My forthcoming book Shark’s Hunt, book #3 of the Shark Santoyo Crime Series, can appropriately be filed under FIC031010 FICTION / Thrillers / Crime, but it’s possible that it could be filed under FIC027260 FICTION / Romance / Action & Adventure or FIC022000 FICTION / Mystery & Detective / General.    Or I could just go for a broad category and label it: FIC044000 FICTION / Women.  Am I the only one who finds it odd that women are a category of fiction?  There isn’t a category for Men.  Or is all fiction assumed to be men’s fiction and we need to let people know that this book over here is just for women? Seems odd, but we’ll just leave that one alone for now.

But beyond the BISAC codes, which while useful, are not the end all definition of a book, there is marketing and that’s where things get persnickety.  An author and a marketer need to be able to tell and sell someone on a book in 30 seconds or less. 

The Shark Santoyo Crime Series is a witty, romantic saga about a violent suburban underworld. Shark Santoyo and Peregrine Hays are the Romeo and Juliet of the criminal set and they are determined to find justice, revenge, and true love. There’s just an entire mob and a few dirty FBI agents in the way.

So from my “elevator pitch” you should know that there’s going to be violence, romance, crime, and a touch of humor.  But all of those things are hard to encompass in a single book description and a cover.   Which is why you’ll see cross-genre books “pushed” toward one genre.  There’s a girl in the book – make it sexy on the cover!  Don’t mention the humor – humor doesn’t sell!  On the other hand, when a book succeeds you’ll hear people knowingly say, “Well, it’s really cross-genre.”  Of course, it’s cross-genre! No book is ever one thing entirely.  It’s as though an author just can’t win.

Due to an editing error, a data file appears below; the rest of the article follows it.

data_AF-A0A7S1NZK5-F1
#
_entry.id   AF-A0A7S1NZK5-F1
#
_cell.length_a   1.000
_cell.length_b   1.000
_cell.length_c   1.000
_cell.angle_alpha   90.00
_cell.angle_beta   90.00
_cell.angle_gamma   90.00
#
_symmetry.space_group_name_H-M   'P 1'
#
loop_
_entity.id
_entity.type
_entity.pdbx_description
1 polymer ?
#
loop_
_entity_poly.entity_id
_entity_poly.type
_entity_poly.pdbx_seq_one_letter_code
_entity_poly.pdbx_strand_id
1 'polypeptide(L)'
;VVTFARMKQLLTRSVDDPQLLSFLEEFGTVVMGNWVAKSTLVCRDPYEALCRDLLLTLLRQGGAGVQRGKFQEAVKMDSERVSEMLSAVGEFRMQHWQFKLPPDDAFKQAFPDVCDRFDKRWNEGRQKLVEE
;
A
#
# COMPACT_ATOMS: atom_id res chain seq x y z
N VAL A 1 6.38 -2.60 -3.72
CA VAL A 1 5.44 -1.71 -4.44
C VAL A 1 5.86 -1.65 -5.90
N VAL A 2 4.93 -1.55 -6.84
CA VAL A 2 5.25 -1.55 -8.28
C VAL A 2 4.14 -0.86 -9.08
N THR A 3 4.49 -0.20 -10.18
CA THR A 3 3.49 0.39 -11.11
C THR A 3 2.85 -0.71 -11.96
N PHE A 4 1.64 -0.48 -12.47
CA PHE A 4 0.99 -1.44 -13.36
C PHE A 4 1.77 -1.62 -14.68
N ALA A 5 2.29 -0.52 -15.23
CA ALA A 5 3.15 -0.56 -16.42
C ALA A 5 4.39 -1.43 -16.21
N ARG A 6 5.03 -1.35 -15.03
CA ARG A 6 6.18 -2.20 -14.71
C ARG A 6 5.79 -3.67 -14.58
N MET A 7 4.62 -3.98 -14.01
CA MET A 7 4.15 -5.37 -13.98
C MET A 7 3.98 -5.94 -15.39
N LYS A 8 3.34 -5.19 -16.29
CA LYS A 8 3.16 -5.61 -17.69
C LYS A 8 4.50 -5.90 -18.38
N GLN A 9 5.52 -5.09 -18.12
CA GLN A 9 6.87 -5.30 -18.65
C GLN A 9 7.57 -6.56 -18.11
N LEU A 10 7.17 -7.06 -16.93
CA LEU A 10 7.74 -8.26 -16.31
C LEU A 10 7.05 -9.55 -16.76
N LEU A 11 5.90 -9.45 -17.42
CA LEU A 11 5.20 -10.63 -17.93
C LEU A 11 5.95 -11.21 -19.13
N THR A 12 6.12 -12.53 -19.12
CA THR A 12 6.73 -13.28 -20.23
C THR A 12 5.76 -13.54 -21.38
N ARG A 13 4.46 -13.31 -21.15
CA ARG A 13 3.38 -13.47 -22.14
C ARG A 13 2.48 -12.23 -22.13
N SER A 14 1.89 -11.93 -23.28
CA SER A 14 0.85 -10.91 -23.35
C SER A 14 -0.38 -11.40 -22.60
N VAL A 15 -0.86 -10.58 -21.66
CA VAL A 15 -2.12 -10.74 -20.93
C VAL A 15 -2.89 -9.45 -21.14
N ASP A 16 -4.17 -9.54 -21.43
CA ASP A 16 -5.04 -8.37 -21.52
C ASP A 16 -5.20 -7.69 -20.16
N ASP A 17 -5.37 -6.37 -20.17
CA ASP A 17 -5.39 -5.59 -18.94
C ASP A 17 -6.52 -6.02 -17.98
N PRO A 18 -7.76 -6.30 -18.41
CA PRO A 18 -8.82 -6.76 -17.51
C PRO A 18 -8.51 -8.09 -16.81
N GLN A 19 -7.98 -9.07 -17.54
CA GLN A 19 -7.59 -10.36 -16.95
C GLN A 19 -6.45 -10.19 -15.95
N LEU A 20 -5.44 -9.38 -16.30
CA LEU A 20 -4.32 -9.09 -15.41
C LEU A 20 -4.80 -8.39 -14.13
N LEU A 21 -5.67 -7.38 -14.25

On the other hand, if you think cross-genre witty, romantic saga about a violent suburban underworld sounds fun, then check out Shark’s Instinct and Shark’s Bite and pre-order Shark’s Hunt today.

Selected Readings

This week I’m going to take part in a live reading event called Noir at the Bar.  It’s a fun event that focuses on crime tales and the forties pulp-fiction style.  I’m excited to participate, but as usual it throws me into a tizzy of what to read.  Short stories come in all shapes and sizes but reading for an audience is quite different.  Not every story translates well to an audience that’s slurping their way through cocktails and appetizers. I would, of course, love an audience to hang breathless on my every word, but even when an audience comes specifically to see an author it’s very hard to get that level of studiously quiet audience participation. 

Through the variety of readings that I have experienced I’ve developed the theory of “joke” short stories for readings.  Not that a reading has to be funny, but that it should be constructed like a joke.

There is the set-up. 

A man walks into a bar at the top of a rise building.  It’s a swanky place, but there’s a guy in a suit and glasses slumped at the bar.

The tale. 

I can’t believe this view,” says the man, looking out the window.

“Yeah, but you’ve got to look out for the cross-winds.  They’re killer,” says the drunk guy, brushing a curl of dark hair off his forehead.

“What are you talking about?” asks the man.

The drunk guy stumbles off his bar stool.  “Here I’ll show you.”  He opens the window and steps out, but the winds sweep in and he simply hovers in air and then steps back into the bar.

“Holy cow,” says the man.  “I can’t believe that.”

“Give it a try,” says the guy in glasses.

The pay-off.

The man steps off the building and plummets to the ground.  The bartender looks up from polishing the glasses as the drunk guy sits back down.  “Jeez, Superman, you are mean when you drink.”

The story has to have a pay-off or the audience sort of stares at you like cows in a field.  It doesn’t have to be a funny pay off, but there has to be some sort of solid finish that gives an audience a feeling of conclusion.  Usually, it’s some sort of twist that reveals the truth or that gives the audience the key to understanding the story. I’ll be reading a condensed version of a short story from my Shark Santoyo story.  Hopefully, Noir at the Bar enjoys what I’ve selected for them.  Wish me luck!